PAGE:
17th July: What’s Up Tonight, Southern Skies Edition

By on July 17, 2014 in

Podcaster: Alice Enevoldsen aka Alice’s AstroInfo

Alices-Astro-InfoTitle: What’s Up Tonight, Southern Skies Edition

Organization: Alice’s AstroInfo


Description: Presented as a counterpart to Awesome Astronomy’s Northern Hemisphere monthly forecast, Alice talks about what’s visible from the Southern Hemisphere. Focused at about 33°S, this forecast should work for anywhere between 25°S and 50°S

Bio:  Alice Enevoldsen currently volunteers as one of NASA’s Solar System Ambassadors. She has been working in planetariums since 1996, has a B.A. in Astronomy-Geology from Whitman College, and a Masters in Teaching from Seattle University. Her fascination with the stars led her to try her hand at astronomy research in Boston and Walla Walla, where she realized that her calling in life was actually to work in outreach and be a translator for scientists. Now she works hard to share her love of the stars and excitement about astronomy with as many people as possible.

Today’s sponsor: This episode of “365 Days of Astronomy” is sponsored by — no one. We still need sponsors for many days in 2014, so please consider sponsoring a day or two. Just click on the “Donate” button on the lower left side of this webpage, or contact us at signup@365daysofastronomy.org.


Hello, I’m Alice Enevoldsen, coming to you not-so-live from Alice’s AstroInfo with a ‘cast about what’s up in the late July skies … over the Southern Hemisphere.

How are you today?

Oh great! I’m glad to hear that? Or maybe that’s too bad, depends on what you just said … I’m sorry it’s a little hard to hear you through this machine.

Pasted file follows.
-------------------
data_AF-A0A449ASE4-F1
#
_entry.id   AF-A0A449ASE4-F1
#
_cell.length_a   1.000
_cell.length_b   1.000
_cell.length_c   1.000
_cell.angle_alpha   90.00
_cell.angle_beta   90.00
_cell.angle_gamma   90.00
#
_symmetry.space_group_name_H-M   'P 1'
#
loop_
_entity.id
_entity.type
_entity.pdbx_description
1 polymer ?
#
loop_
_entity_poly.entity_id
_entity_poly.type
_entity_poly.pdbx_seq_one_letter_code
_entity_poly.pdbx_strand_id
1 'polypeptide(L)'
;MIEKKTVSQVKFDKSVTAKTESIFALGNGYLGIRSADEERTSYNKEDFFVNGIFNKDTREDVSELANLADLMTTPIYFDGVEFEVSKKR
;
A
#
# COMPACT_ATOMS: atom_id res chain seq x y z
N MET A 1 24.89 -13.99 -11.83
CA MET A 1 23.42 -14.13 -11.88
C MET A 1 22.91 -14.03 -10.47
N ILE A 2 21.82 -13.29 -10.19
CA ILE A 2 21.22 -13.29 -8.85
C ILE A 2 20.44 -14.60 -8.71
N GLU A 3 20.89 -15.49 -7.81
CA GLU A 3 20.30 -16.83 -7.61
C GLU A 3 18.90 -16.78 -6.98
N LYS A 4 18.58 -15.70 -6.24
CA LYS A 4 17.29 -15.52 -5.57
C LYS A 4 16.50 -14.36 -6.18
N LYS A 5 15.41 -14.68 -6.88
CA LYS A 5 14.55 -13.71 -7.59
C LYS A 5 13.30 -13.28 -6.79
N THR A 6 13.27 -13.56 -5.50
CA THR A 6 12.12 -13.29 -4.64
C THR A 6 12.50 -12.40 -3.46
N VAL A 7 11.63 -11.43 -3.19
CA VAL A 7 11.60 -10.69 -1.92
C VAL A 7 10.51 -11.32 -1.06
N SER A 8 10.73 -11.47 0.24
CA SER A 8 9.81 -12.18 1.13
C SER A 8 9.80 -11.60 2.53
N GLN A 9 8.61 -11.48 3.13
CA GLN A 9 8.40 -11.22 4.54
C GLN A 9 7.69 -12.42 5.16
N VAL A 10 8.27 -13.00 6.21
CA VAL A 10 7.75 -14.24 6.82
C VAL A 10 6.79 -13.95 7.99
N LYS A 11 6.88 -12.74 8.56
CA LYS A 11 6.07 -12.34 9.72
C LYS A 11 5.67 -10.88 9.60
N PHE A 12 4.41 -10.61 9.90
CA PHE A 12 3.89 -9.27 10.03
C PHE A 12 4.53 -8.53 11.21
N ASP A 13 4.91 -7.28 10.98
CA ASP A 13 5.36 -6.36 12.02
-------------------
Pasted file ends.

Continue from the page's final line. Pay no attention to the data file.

I’m here today as a foil for Ralph and Paul with Awesome Astronomy and their monthly 365 Days of Astronomy podcast about what’s up in the skies over the Northern Hemisphere. The gals at Cosmoquest Media decided it was time to include the whole world in the monthly forecasts. So here I am. I’ll be basing this podcast around 33-35°S, so it should be good anywhere from about 25°S to 45° or 50°S. Those of you living near the equator will have to combine both podcasts, both mine and Ralph and Paul’s to figure out what’s in your sky.

Let’s get started, with a section I call “Hey, what’s that?”

Tonight as you look up after sunset, you’ll see the striking pairing of the bright star Spica and the planet Mars in the Northern sky. Not only are the two quite bright, but the color difference is beautiful. If you haven’t yet practiced noticing the difference in the colors of the stars, this is a perfect opportunity to spend a few minutes on it. Mars is the yellower/oranger of the pair. Over the rest of the month, Mars will slowly travel away from Spica towards the East, towards the next brightest object in the sky: the planet Saturn.